Making changes in national law to protect victim/survivors of domestic violence!

Archive for March, 2012

Are you an avid blogger with a passion for domestic violence justice?

We had a meeting  last night with some contributing authors.  Still looking for more though. 

If you have a passion for domestic violence cause, especially if you are a survivor yourself, contact me and let me know.  When you contact me, please let me know your background and experience (…and I’ll send you more information and details. :)


Have a great day!!

Dedicated to all domestic violence victims and survivors…

To all those struggling… may we find justice! It’s an attitude thing… to not give up in the progress of obtaining laws across the U.S. that are focused upon protection of all domestic violence victims and survivors.

Have a great day!!

Memo from the Coalition of Women Prisoners about and in support of the Domestic Violence Survivors Justice Act (A.7874-A/S.5436)

We received this recently to add to our blog site about this law being presented in the Courts. What is particularly interesting to note, besides the attempt to have alternative sentencing for (verified) victims of domestic violence to be considered who have committed crimes against the abuser, it also denotes specifically psychological abuse as well, which seems to be left out of many legislation about domestic violence oftentimes.

Let us know your thoughts on the DV Survivors Justice Act.

(You may need to double click on the link below to see the actual memo sent to us.) Thanks!

DV SJA CWP Spt Memo 5-24-11 FINAL

Why A Survivor Needs Programs

Recently, I was asked, “Why does a survivor of domestic violence (and/or sexual violence) need a program that provides resources and/or support?” To me, it’s clearly simple — a survivor needs it to be able to thrive.

When one finally gets out of a domestic violence situation where one felt imprisoned, controlled, alienated from others, have civil liberties personally diminished, told that they are not good, that they are not beautiful, that they cannot do anything right, and so much more, they are oftentimes victimized by the resources not fully available in their areas, they cannot seem to think straight (or have forgotten the skill set to be able think on their own due to their dating or marriage partner repeatedly telling them that they cannot even make decisions right) in order to find resources on their own or make a decision what to do next.

Additionally, as good as our domestic violence programs have become more predominant in many communities, they are simply not available in all – especially, in the rural communities. Victims/survivors in rural communities have to think even more creatively when coming up with their safety plans and/or strategies because the nearest program may be 100, 200, or sometimes 300/400 miles away, as well as police in those areas may not be able to respond as quickly due to factors such as not enough staffing on their law enforcements (especially per area covered) and/or simply the distance covered in order to respond to a call.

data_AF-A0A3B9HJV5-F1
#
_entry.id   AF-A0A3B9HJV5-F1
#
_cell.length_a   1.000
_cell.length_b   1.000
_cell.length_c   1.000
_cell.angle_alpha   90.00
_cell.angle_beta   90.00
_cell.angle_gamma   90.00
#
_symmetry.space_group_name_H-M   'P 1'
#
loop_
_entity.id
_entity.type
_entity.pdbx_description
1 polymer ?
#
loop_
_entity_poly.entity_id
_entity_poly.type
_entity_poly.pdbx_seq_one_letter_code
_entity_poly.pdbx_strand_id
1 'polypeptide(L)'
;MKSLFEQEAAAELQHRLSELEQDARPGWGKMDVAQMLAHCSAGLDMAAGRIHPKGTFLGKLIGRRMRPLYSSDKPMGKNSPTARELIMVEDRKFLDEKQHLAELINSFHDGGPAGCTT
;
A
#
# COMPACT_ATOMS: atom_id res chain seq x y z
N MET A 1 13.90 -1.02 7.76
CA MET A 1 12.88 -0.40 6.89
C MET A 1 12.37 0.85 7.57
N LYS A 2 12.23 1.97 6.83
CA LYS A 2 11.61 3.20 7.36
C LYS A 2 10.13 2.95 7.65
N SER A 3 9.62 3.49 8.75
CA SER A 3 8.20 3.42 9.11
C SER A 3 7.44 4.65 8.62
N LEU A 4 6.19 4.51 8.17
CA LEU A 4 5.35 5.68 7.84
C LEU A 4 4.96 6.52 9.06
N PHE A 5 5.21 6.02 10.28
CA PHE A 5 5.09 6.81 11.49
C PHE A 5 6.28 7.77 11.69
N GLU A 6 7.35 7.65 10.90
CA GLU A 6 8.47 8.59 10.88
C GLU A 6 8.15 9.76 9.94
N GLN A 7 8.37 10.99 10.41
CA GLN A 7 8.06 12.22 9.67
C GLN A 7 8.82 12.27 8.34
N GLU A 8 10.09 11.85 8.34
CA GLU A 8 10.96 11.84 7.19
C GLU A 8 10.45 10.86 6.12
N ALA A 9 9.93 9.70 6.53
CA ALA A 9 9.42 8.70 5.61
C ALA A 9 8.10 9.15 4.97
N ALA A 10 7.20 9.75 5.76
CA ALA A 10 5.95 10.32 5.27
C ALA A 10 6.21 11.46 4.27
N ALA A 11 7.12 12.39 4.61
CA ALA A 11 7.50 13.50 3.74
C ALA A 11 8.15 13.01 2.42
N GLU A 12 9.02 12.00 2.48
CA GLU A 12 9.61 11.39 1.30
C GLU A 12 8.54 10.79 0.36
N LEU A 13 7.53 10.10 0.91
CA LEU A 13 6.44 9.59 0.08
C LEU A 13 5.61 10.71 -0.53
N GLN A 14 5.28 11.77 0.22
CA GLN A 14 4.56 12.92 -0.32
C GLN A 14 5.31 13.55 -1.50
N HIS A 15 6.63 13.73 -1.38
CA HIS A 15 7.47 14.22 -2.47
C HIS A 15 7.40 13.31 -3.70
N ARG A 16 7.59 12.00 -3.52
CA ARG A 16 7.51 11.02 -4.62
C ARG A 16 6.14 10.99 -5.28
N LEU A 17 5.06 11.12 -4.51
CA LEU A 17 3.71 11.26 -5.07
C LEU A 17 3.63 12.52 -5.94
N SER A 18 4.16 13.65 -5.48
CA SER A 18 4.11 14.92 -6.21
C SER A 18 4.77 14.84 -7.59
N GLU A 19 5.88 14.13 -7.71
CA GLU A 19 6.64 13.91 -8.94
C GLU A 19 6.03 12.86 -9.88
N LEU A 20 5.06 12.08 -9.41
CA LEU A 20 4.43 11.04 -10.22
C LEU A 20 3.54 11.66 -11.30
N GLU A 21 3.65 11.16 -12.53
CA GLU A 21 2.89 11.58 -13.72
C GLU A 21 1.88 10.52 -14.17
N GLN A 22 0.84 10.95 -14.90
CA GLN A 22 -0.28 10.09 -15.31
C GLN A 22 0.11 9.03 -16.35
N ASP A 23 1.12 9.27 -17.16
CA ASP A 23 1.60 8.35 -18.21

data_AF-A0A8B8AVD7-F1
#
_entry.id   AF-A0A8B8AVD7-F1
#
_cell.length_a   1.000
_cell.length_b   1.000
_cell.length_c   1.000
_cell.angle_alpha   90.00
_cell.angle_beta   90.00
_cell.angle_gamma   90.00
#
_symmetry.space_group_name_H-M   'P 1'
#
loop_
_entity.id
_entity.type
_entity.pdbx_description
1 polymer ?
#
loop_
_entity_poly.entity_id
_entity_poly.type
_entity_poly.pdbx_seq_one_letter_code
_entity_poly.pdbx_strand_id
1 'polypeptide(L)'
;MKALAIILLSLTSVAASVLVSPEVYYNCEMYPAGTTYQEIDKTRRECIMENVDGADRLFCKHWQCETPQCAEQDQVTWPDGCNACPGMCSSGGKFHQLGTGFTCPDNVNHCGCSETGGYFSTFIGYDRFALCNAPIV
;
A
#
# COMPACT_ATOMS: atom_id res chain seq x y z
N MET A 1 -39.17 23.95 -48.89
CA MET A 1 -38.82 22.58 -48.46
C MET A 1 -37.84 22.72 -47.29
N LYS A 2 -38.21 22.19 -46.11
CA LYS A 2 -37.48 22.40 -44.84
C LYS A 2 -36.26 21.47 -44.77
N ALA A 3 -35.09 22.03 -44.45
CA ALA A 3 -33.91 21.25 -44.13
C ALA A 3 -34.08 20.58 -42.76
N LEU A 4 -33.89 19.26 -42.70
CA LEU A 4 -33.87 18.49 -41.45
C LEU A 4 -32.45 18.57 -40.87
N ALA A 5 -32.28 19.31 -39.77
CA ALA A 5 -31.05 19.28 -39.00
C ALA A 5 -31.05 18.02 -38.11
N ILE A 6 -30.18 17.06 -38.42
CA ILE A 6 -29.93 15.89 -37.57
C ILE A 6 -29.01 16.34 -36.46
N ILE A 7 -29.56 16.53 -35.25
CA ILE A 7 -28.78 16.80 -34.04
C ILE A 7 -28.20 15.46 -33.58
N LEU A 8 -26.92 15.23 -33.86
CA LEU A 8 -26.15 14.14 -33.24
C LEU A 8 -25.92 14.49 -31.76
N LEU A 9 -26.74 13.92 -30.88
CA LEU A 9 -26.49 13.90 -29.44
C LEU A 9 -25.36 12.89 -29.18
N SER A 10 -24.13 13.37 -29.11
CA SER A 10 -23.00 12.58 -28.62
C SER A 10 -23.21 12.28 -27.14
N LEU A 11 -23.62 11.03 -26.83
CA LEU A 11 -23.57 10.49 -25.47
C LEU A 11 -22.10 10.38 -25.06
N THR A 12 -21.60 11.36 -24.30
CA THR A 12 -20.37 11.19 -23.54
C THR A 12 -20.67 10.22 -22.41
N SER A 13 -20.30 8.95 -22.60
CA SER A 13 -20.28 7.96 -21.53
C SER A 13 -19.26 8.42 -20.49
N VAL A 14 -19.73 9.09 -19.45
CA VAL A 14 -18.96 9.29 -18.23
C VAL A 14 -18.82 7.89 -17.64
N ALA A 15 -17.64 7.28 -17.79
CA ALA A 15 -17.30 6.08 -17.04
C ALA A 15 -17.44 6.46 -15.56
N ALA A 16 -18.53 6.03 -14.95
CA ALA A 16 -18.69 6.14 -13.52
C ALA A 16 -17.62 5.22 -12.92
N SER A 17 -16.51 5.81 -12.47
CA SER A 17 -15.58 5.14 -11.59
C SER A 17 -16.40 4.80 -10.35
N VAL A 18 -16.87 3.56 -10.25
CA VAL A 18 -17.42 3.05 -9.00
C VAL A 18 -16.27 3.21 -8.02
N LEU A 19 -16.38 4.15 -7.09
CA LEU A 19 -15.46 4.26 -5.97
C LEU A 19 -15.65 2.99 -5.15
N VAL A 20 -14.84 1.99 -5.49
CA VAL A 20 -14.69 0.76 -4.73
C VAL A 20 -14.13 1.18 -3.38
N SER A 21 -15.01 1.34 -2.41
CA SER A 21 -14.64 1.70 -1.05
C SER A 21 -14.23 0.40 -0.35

It might take a village to help others, but it also takes all types within a village to help others. It’s not just the police (or type of law enforcement available in that area), not just the hospital/physicians, not just the teachers, not just the domestic violence programs that open their doors to victims and try to educate as many in their community (and/or neighboring communities), it’s not just the hotlines, it’s not just the counselors, and….the list can go on and on. Everyone has funding limitations which affect the reach of their arms. With more programs stepping forward to bring something unique to the surface that can, perhaps, help to create a means to fill in any gaps, that others working together to protect all victims and survivors helps, too, to build a force that cannot be reckoned with.

We need all survivors to participate (when they are healed enough to participate and share their voice – so that they aren’t re-victimizing themselves) and help others to be able to succeed in becoming a survivor — and, not just at the mere instance that they are currently in the crisis. For many, that survival requires ongoing resources to help facilitate their independence from their abuser and not to have depended upon them any longer. Set them up with institutions who will train them how to keep a checkbook from going into overdraft mode and how to start some sort of an investment for their and their child(ren)’s future. It might require providing them an insight on good, affordable nutrition so that they and their child(ren)’s future might be increased further by living healthy. It might look like being there for them when their abuser tries to get their child custody modified and give them an encouraging word and/or additional resources that fits their needs at the time, after all, you can’t jam up a survivor with too many resources, etc. that they don’t necessarily need at the time, but may need in the future; often times, the trauma will only allow them to proceed one step at a time.

As we know, different challenges present themselves all the time. No one may have absolutely ALL the answers, but we can come as close as possible to that we can and/or stop a moment a moment to help them find the resources that may be able to provide the answers. What path of recovery and/or healing journey will look like for one, will look totally different for another; therefore, the programs available to them cannot be looking like it has been stamped out of a mold of another.